Seminar in Human-Machine Interaction

Free University of Bolzano, Department of Computer Science


This course aims to provide students with an understanding of concepts and techniques for designing usable and engaging interactive systems. The course will complement an in depth review of usability engineering with basic knowledge of cognitive processes necessary to operate interactive systems and of the social impact of technology. A major emphasis will be devoted to practical aspects of user-centred design, including requirements elicitation, prototyping and evaluation.


  • User-centred design life-cycle
    • Requirements analysis
    • Formative evaluation
    • Low, medium, and high fidelity prototypes
    • Summative evaluation and quality assurance.
  • User-centred design methods and techniques
    • Requirements analysis techniques (scenarios, storyboards, brainstorming, prototyping, use cases)
    • User modelling and task analysis (task support design, deriving functional and non functional requirements)
    • Usability evaluation methods (usability evaluation, field study, analytical evaluation).
  • User-centred design components
    • User interface, design process, dialogue specification, presentation & multimedia design
    • Socio-technical system design (work load and job role design, system environment)
    • Help and user documentation (design for system support, operating procedures and training).
  • Elements of cognitive psychology and the psychology of the user
    • Perception, memory, attention, decision making, problem solving and language, model human processor, distributed cognition
    • Implications for design (mental models, metaphor, affordance, slip, mistake).

Teaching format

Frontal lectures, labs, projects in teams.


Project [40 % of mark] + final exam (oral examination) [60 %]

The project is a group-based user-centred design-exercise.

Reading list

Core text

  • Sharp, H., Rogers, & Y., Preece, J. Interaction Design: Beyond human-computer interaction. (2007), John Wiley & Sons, Inc.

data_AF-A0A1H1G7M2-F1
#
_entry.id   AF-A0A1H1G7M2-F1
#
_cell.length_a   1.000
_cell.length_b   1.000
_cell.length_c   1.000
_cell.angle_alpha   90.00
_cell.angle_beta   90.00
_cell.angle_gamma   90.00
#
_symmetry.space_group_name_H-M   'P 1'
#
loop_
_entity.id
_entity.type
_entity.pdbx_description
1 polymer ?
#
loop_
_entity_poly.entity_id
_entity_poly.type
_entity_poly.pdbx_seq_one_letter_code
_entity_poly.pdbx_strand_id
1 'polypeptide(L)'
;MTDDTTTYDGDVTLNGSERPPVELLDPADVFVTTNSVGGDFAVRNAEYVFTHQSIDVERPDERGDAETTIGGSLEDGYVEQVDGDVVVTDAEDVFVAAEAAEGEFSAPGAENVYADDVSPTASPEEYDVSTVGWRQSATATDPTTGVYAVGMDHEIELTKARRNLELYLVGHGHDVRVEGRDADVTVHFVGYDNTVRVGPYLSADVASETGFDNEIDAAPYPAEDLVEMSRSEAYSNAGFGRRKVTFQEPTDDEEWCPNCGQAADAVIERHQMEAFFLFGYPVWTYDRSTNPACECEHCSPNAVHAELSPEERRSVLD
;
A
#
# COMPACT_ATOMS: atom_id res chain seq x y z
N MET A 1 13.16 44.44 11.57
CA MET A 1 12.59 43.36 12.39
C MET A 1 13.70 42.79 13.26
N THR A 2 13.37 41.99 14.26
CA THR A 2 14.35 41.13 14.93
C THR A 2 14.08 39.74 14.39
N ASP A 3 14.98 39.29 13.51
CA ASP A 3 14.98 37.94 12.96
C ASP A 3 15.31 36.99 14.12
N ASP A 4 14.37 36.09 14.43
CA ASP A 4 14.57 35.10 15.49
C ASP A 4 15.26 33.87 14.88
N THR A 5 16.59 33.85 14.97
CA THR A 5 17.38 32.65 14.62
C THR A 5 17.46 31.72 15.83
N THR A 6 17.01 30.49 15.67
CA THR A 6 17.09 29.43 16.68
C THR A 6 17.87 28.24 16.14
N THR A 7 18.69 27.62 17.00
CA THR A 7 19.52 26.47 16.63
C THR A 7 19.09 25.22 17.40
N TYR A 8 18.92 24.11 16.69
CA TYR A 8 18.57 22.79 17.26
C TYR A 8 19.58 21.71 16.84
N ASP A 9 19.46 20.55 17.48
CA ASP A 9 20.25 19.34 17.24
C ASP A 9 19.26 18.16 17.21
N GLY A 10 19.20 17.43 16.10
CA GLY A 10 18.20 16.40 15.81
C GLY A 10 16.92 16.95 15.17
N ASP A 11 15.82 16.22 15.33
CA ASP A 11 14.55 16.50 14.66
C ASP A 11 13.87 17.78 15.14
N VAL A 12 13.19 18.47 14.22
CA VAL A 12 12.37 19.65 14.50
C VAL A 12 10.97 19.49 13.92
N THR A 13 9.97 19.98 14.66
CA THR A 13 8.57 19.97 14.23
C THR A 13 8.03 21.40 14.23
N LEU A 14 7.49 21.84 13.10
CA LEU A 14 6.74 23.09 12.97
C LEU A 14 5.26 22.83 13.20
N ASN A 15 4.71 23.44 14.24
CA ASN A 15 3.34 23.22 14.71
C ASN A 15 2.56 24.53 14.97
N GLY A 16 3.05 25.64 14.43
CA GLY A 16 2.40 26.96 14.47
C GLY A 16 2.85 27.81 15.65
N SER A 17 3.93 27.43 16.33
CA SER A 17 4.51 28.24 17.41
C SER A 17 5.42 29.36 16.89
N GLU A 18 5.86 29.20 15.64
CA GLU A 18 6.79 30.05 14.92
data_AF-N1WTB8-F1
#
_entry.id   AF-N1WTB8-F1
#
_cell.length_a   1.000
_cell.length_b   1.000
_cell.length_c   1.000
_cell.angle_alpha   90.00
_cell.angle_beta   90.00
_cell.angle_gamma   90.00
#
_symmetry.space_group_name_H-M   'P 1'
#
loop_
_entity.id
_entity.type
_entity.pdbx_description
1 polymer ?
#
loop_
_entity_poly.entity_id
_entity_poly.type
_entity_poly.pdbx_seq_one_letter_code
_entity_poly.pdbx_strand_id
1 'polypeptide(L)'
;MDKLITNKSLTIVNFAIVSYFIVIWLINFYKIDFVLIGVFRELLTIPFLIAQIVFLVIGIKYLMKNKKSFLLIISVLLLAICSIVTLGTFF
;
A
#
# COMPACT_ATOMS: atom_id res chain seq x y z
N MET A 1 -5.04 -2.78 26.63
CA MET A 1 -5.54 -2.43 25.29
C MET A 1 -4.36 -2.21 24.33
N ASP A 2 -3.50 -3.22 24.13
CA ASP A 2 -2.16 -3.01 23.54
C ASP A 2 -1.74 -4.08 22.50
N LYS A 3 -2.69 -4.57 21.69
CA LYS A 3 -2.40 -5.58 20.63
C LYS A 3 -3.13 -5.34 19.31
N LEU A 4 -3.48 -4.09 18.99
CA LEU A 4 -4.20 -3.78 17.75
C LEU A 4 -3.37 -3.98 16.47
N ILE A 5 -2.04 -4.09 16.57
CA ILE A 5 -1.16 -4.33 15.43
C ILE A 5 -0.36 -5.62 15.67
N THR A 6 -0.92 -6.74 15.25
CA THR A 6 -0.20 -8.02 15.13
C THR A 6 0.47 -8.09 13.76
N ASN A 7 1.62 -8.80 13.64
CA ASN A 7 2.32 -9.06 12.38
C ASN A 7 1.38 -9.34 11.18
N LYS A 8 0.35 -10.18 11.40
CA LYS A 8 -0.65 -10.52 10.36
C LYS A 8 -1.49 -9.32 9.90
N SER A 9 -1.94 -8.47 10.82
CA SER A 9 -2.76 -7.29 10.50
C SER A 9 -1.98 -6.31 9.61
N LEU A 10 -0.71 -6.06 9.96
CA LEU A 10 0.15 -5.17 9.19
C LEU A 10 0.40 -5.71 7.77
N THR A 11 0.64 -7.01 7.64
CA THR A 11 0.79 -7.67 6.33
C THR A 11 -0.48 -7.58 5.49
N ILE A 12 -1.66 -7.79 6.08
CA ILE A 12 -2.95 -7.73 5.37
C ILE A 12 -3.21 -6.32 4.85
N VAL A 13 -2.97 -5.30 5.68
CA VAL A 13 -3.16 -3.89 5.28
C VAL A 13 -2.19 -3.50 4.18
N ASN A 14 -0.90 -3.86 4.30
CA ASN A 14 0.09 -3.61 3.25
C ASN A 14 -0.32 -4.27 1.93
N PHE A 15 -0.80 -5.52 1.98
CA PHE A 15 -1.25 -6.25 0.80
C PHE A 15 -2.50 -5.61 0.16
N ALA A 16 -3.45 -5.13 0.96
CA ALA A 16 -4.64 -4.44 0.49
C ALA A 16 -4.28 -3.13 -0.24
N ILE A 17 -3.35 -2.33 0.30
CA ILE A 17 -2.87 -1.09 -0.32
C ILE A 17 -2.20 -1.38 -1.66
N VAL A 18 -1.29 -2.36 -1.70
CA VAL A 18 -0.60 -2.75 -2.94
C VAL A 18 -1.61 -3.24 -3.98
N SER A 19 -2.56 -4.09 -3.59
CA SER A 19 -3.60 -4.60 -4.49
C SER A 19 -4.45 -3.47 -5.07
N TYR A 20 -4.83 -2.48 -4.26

Supplementary texts

  • Dix, A., Finlay, J., Abowd, G. D., & Beale, R. (2004). Human-Computer Interaction (third Edition): Pearson Prentice Hall.
  • Benyon, D., Turner, P., & Turner, S. (2005). Designing Interactive Systems. Harlow England: Addison-Wesley.

Students are expected to study the required reading after the relevant teaching session. In addition, students need to develop their own understanding of the course issues through reading of academic journal articles.

The following journals are useful sources: Human-Computer Interaction, International Journal of Human-Computer Studies, ACM Transactions of Computer Human-Interaction.

Learning outcome

On successful completion of this module, students should be able to demonstrate the following skills.

Academic Knowledge

  • Understand principal methods and techniques of user-centred design to complement software engineering development.
  • Apply methods and techniques for understanding and documenting users carachteristics and their needs, and for translating those needs into equirements and design specifications
  • Evaluate the usability of user interfaces.

Intellectual Skills

  • Demonstrate an understanding of user-centred design and its contribution to software success.

Subject Practical Skills

  • Improve design skills.
  • Observe and understand user behaviour.

Transferable Skills

  • Demonstrate report writing, presentation and communication skills.
  • Improve deductive reasoning.
  • Improve team-work.